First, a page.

Using data from the US Department of Agriculture’s Food Availability Data System, which estimates much food is produced and how much food people eat from 1970 until 2013, a new webpage demonstrates change in key food items through interactive graphs. The data covers the major food categories, such as meat, fruits, and vegetables, across many food items on a per capita and daily basis.
Margarine saw a steady decline over this time period, while dark greens rose significantly in popularity. Whole milk declined 79% between 1970 and 2013. Another major change is that in the 1970s, chicken was less popular than pork or beef, but now it has surpassed both in popularity.
View the interactive graphs, here.
Have you ever wondered what recycling facilities exist near you, but weren’t sure where to look? The “I Want to be Recycled” initiative makes searching for nearby facilities easy – just enter your Zip code at http://iwanttoberecycled.org.
The website also includes helpful instructions for how to recycle products, ranging from electronics to hazardous household waste. The site even includes how to recycle plastic bags and film.
The site was created by Keep America Beautiful and the Advertising Council.
Keep America Beautiful brings people together to build and sustain vibrant communities. They work with millions of volunteers who take action in their communities to transform public spaces into beautiful places. Through their programs and public-private partnerships, they engage individuals to take greater responsibility for improving their community‘s environment.
The Advertising Council is a private, nonprofit organization that marshals volunteer talent from the advertising and communications industries, the facilities of the media, and the resources of the business and nonprofit communities to deliver critical messages to the American public. Its mission is to create long-term social change by raising awareness and mobilizing Americans around the most important societal issues of our time.
A new report from the USDA’s Agriculture Marketing Service provides help for communities wishing to measure the economic benefits of local food investments. Real-world examples and measurement tactics are included as helpful references.
According to the USDA’s Agriculture Secretary Tom Vilsack “Strong local and regional food systems are helping to revitalize rural and urban communities across the country, and more than 160,000 farmers and ranchers nationwide are tapping into growing consumer demand for locally grown products. With USDA support, this sector is increasing access to healthy foods for local residents and creating opportunity for small businesses that store, process, market and distribute food,” said Vilsack. “Now community leaders have a toolkit that can help measure job creation and other economic development indicators, which will help make the case for continued investments.”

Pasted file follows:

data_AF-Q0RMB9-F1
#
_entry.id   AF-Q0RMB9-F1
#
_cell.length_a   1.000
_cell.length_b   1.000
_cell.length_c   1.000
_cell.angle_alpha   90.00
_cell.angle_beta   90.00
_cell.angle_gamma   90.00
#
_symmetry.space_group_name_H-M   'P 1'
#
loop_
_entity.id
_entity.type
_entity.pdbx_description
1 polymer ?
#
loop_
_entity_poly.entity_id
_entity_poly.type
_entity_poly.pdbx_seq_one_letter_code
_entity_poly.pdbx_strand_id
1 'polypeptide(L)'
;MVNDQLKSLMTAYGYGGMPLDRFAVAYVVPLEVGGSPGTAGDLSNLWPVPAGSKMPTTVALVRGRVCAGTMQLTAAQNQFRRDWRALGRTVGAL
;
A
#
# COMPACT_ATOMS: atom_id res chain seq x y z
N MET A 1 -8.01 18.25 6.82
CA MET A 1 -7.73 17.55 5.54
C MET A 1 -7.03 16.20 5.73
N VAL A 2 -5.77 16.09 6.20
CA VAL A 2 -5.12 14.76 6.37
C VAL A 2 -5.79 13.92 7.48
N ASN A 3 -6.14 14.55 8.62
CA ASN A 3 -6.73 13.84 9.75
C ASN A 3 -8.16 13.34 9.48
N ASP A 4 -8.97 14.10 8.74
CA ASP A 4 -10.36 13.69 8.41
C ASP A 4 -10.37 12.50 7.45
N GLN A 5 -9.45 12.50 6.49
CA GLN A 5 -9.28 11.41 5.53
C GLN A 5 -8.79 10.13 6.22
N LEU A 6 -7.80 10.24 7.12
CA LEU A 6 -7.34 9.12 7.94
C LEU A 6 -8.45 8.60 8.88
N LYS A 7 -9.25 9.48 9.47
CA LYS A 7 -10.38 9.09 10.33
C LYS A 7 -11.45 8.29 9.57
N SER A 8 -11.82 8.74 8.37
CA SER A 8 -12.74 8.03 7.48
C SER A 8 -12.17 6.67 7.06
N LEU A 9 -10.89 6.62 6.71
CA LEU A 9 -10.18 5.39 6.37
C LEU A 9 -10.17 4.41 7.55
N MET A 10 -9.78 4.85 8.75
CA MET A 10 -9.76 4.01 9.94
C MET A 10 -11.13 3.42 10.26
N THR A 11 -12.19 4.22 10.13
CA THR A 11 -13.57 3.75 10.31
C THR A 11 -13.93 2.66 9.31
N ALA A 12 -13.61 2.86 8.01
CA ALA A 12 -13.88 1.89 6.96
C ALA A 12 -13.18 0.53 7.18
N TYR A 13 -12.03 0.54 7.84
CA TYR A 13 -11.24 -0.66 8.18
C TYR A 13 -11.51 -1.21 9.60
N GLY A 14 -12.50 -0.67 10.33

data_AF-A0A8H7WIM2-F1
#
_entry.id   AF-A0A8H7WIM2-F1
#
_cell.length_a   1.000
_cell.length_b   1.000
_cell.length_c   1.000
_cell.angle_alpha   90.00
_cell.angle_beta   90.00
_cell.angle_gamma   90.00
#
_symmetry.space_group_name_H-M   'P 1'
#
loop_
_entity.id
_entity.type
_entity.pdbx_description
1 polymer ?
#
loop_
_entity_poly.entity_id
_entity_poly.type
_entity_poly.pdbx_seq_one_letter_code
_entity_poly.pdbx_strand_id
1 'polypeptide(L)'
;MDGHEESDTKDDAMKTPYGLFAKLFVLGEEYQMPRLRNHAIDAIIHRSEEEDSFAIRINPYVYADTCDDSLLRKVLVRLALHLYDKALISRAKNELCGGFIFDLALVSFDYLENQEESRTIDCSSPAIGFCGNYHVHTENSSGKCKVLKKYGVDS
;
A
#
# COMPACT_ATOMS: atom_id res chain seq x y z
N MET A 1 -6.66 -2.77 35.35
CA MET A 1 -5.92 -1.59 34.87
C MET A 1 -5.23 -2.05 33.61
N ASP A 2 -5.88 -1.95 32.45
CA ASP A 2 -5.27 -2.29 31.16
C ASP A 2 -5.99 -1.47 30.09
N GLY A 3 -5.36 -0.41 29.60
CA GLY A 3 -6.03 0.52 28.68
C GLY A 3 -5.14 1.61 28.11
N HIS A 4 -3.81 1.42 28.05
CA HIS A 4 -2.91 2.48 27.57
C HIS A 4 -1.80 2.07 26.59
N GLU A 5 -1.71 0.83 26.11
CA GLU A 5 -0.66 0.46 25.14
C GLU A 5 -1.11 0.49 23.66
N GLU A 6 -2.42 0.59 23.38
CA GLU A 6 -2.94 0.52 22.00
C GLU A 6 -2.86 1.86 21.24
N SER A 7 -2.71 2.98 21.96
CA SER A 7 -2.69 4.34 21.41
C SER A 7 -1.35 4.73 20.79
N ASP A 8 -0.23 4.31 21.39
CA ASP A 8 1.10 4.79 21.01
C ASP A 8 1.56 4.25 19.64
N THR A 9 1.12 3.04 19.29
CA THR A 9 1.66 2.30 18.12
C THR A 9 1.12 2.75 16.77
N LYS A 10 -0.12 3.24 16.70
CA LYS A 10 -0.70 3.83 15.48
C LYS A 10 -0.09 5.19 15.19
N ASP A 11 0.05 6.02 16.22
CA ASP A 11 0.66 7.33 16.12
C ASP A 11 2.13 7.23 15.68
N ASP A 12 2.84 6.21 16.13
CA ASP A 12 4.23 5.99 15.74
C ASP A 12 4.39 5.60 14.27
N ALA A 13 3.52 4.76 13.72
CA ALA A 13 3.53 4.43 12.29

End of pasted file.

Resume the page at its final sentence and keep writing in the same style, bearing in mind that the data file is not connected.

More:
The toolkit includes seven modules to measure and assess the expected economic impacts of local food investments, which can be used by policy makers, community leaders, private business or foundations to offer specific estimates in deciding whether to invest in initiatives that increase local food activity.
Access the guide, here.
Curious about what the University of Utah’s Wallace Stegner Center is? As stated on their website, “From the carbon emissions of our fossil fuel-dependent economy to the fragmentation of ecosystems through development, to the conflict over allocating scarce water resources, modern society has the power to profoundly alter our natural surroundings. Protecting and understanding the environment and how humans interact with it is one of the most crucial issues of the day. The Wallace Stegner Center, named after the Pulitzer Prize- winning author and conservationist, is dedicated to understanding critical environmental challenges and to increasing public understanding and promoting dialogue about how to live more sustainably.
As one of the top-rated environmental law centers in the Western United States, the Stegner Center is home to a talented group of faculty fully committed to shaping environmental policy. Faculty members serve on local and national NGO boards and advisory committees, are consulted by state and federal government officials on a range of policies, and testify before Congress and other policy-making entities.” Discover future events, resources, news and more on their website.
“The Sonoran Institute’s mission is to connect people and communities with the natural resources that nourish and sustain them. We work at the nexus of commerce, community, and conservation to help people in the North American West build the communities they want to live in while preserving the values which brought them here. We envision a West where civil dialogue and collaboration are hallmarks of decision making, where people and wildlife live in harmony, and where clean water, air, and energy are assured.”